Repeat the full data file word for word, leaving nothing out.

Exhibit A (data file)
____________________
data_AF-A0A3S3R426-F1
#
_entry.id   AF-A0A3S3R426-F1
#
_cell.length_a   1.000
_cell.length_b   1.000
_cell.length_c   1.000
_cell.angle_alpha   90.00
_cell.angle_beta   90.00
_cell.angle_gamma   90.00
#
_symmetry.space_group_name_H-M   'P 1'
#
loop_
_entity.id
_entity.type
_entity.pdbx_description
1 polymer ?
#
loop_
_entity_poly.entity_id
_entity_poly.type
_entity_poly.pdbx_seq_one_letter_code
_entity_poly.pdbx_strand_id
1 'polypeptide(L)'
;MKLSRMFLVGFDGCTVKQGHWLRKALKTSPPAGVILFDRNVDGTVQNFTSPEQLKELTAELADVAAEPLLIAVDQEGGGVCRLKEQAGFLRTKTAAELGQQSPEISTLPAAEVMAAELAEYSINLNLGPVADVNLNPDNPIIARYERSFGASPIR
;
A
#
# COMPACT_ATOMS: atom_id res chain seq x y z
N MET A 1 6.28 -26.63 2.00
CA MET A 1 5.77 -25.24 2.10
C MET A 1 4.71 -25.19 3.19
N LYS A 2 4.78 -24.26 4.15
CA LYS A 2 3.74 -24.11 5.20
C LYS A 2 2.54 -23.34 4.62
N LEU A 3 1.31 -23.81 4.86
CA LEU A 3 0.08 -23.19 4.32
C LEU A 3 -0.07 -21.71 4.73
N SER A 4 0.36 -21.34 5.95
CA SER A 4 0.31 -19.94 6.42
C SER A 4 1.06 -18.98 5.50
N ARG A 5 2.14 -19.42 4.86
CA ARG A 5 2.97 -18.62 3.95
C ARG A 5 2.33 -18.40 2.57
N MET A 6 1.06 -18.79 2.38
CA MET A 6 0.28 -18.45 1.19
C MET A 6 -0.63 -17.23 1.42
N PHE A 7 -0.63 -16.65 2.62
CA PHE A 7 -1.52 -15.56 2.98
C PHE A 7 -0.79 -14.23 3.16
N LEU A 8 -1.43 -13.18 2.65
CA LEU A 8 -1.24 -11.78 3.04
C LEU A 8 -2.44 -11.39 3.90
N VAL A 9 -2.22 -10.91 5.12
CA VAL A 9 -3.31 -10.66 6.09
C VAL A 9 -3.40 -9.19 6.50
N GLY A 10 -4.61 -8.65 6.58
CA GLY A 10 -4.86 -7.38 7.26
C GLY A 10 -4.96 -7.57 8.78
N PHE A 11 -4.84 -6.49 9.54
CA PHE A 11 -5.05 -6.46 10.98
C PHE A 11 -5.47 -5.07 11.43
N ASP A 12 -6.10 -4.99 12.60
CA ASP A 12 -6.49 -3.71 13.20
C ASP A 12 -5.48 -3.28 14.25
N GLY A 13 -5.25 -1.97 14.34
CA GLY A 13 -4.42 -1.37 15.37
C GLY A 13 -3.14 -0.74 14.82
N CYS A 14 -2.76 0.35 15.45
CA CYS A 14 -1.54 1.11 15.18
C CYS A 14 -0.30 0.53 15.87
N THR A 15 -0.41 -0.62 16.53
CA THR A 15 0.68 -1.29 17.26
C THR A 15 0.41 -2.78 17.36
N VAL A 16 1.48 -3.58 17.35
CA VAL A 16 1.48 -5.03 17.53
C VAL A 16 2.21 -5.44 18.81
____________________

data_AF-A0A3S3R426-F1
#
_entry.id   AF-A0A3S3R426-F1
#
_cell.length_a   1.000
_cell.length_b   1.000
_cell.length_c   1.000
_cell.angle_alpha   90.00
_cell.angle_beta   90.00
_cell.angle_gamma   90.00
#
_symmetry.space_group_name_H-M   'P 1'
#
loop_
_entity.id
_entity.type
_entity.pdbx_description
1 polymer ?
#
loop_
_entity_poly.entity_id
_entity_poly.type
_entity_poly.pdbx_seq_one_letter_code
_entity_poly.pdbx_strand_id
1 'polypeptide(L)'
;MKLSRMFLVGFDGCTVKQGHWLRKALKTSPPAGVILFDRNVDGTVQNFTSPEQLKELTAELADVAAEPLLIAVDQEGGGVCRLKEQAGFLRTKTAAELGQQSPEISTLPAAEVMAAELAEYSINLNLGPVADVNLNPDNPIIARYERSFGASPIR
;
A
#
# COMPACT_ATOMS: atom_id res chain seq x y z
N MET A 1 6.28 -26.63 2.00
CA MET A 1 5.77 -25.24 2.10
C MET A 1 4.71 -25.19 3.19
N LYS A 2 4.78 -24.26 4.15
CA LYS A 2 3.74 -24.11 5.20
C LYS A 2 2.54 -23.34 4.62
N LEU A 3 1.31 -23.81 4.86
CA LEU A 3 0.08 -23.19 4.32
C LEU A 3 -0.07 -21.71 4.73
N SER A 4 0.36 -21.34 5.95
CA SER A 4 0.31 -19.94 6.42
C SER A 4 1.06 -18.98 5.50
N ARG A 5 2.14 -19.42 4.86
CA ARG A 5 2.97 -18.62 3.95
C ARG A 5 2.33 -18.40 2.57
N MET A 6 1.06 -18.79 2.38
CA MET A 6 0.28 -18.45 1.19
C MET A 6 -0.63 -17.23 1.42
N PHE A 7 -0.63 -16.65 2.62
CA PHE A 7 -1.52 -15.56 2.98
C PHE A 7 -0.79 -14.23 3.16
N LEU A 8 -1.43 -13.18 2.65
CA LEU A 8 -1.24 -11.78 3.04
C LEU A 8 -2.44 -11.39 3.90
N VAL A 9 -2.22 -10.91 5.12
CA VAL A 9 -3.31 -10.66 6.09
C VAL A 9 -3.40 -9.19 6.50
N GLY A 10 -4.61 -8.65 6.58
CA GLY A 10 -4.86 -7.38 7.26
C GLY A 10 -4.96 -7.57 8.78
N PHE A 11 -4.84 -6.49 9.54
CA PHE A 11 -5.05 -6.46 10.98
C PHE A 11 -5.47 -5.07 11.43
N ASP A 12 -6.10 -4.99 12.60
CA ASP A 12 -6.49 -3.71 13.20
C ASP A 12 -5.48 -3.28 14.25
N GLY A 13 -5.25 -1.97 14.34
CA GLY A 13 -4.42 -1.37 15.37
C GLY A 13 -3.14 -0.74 14.82
N CYS A 14 -2.76 0.35 15.45
CA CYS A 14 -1.54 1.11 15.18
C CYS A 14 -0.30 0.53 15.87
N THR A 15 -0.41 -0.62 16.53
CA THR A 15 0.68 -1.29 17.26
C THR A 15 0.41 -2.78 17.36
N VAL A 16 1.48 -3.58 17.35
CA VAL A 16 1.48 -5.03 17.53
C VAL A 16 2.21 -5.44 18.81